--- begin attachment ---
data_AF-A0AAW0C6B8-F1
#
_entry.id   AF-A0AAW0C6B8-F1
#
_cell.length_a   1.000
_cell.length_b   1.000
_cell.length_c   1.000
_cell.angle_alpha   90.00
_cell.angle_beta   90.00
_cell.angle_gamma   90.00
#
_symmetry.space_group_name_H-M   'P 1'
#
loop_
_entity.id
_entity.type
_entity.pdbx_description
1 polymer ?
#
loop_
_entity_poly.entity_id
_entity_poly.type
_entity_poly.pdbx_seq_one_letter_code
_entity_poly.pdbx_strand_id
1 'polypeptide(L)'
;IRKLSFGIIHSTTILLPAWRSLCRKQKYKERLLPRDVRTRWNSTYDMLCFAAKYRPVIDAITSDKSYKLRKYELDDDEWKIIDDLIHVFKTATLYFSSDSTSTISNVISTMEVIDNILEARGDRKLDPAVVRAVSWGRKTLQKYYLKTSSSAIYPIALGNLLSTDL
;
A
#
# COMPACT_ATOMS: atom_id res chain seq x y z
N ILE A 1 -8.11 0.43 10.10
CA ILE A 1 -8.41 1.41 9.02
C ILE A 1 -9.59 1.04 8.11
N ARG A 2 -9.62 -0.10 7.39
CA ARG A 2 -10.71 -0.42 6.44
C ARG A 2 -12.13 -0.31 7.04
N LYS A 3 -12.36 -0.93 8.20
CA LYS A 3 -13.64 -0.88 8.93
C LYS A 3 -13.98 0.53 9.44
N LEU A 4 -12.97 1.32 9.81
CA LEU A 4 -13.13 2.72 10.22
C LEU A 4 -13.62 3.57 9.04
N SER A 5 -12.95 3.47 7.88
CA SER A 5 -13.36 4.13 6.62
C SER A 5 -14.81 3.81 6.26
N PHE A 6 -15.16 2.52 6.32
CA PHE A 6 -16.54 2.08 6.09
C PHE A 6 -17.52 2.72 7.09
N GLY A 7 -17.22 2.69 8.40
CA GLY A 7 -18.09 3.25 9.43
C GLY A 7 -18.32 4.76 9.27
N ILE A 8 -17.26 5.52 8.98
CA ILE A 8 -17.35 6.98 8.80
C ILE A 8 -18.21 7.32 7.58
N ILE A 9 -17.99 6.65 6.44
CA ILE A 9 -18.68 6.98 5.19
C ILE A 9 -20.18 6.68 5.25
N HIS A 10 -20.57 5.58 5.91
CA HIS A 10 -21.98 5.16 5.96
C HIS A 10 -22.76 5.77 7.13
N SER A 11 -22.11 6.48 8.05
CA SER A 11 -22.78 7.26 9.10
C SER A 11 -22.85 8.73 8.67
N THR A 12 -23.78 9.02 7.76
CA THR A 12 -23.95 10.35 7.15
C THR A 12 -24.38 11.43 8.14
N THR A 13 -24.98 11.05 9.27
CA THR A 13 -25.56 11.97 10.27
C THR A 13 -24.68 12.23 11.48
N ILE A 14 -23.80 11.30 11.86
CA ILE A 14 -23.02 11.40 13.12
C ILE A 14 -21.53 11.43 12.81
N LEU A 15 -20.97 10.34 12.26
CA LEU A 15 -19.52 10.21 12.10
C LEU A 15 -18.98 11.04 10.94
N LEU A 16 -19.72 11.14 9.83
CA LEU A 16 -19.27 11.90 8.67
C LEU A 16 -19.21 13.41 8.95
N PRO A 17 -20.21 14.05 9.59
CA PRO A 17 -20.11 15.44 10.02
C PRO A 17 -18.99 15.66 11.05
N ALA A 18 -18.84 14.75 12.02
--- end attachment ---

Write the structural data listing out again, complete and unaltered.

data_AF-A0AAW0C6B8-F1
#
_entry.id   AF-A0AAW0C6B8-F1
#
_cell.length_a   1.000
_cell.length_b   1.000
_cell.length_c   1.000
_cell.angle_alpha   90.00
_cell.angle_beta   90.00
_cell.angle_gamma   90.00
#
_symmetry.space_group_name_H-M   'P 1'
#
loop_
_entity.id
_entity.type
_entity.pdbx_description
1 polymer ?
#
loop_
_entity_poly.entity_id
_entity_poly.type
_entity_poly.pdbx_seq_one_letter_code
_entity_poly.pdbx_strand_id
1 'polypeptide(L)'
;IRKLSFGIIHSTTILLPAWRSLCRKQKYKERLLPRDVRTRWNSTYDMLCFAAKYRPVIDAITSDKSYKLRKYELDDDEWKIIDDLIHVFKTATLYFSSDSTSTISNVISTMEVIDNILEARGDRKLDPAVVRAVSWGRKTLQKYYLKTSSSAIYPIALGNLLSTDL
;
A
#
# COMPACT_ATOMS: atom_id res chain seq x y z
N ILE A 1 -8.11 0.43 10.10
CA ILE A 1 -8.41 1.41 9.02
C ILE A 1 -9.59 1.04 8.11
N ARG A 2 -9.62 -0.10 7.39
CA ARG A 2 -10.71 -0.42 6.44
C ARG A 2 -12.13 -0.31 7.04
N LYS A 3 -12.36 -0.93 8.20
CA LYS A 3 -13.64 -0.88 8.93
C LYS A 3 -13.98 0.53 9.44
N LEU A 4 -12.97 1.32 9.81
CA LEU A 4 -13.13 2.72 10.22
C LEU A 4 -13.62 3.57 9.04
N SER A 5 -12.95 3.47 7.88
CA SER A 5 -13.36 4.13 6.62
C SER A 5 -14.81 3.81 6.26
N PHE A 6 -15.16 2.52 6.32
CA PHE A 6 -16.54 2.08 6.09
C PHE A 6 -17.52 2.72 7.09
N GLY A 7 -17.22 2.69 8.40
CA GLY A 7 -18.09 3.25 9.43
C GLY A 7 -18.32 4.76 9.27
N ILE A 8 -17.26 5.52 8.98
CA ILE A 8 -17.35 6.98 8.80
C ILE A 8 -18.21 7.32 7.58
N ILE A 9 -17.99 6.65 6.44
CA ILE A 9 -18.68 6.98 5.19
C ILE A 9 -20.18 6.68 5.25
N HIS A 10 -20.57 5.58 5.91
CA HIS A 10 -21.98 5.16 5.96
C HIS A 10 -22.76 5.77 7.13
N SER A 11 -22.11 6.48 8.05
CA SER A 11 -22.78 7.26 9.10
C SER A 11 -22.85 8.73 8.67
N THR A 12 -23.78 9.02 7.76
CA THR A 12 -23.95 10.35 7.15
C THR A 12 -24.38 11.43 8.14
N THR A 13 -24.98 11.05 9.27
CA THR A 13 -25.56 11.97 10.27
C THR A 13 -24.68 12.23 11.48
N ILE A 14 -23.80 11.30 11.86
CA ILE A 14 -23.02 11.40 13.12
C ILE A 14 -21.53 11.43 12.81
N LEU A 15 -20.97 10.34 12.26
CA LEU A 15 -19.52 10.21 12.10
C LEU A 15 -18.98 11.04 10.94
N LEU A 16 -19.72 11.14 9.83
CA LEU A 16 -19.27 11.90 8.67
C LEU A 16 -19.21 13.41 8.95
N PRO A 17 -20.21 14.05 9.59
CA PRO A 17 -20.11 15.44 10.02
C PRO A 17 -18.99 15.66 11.05
N ALA A 18 -18.84 14.75 12.02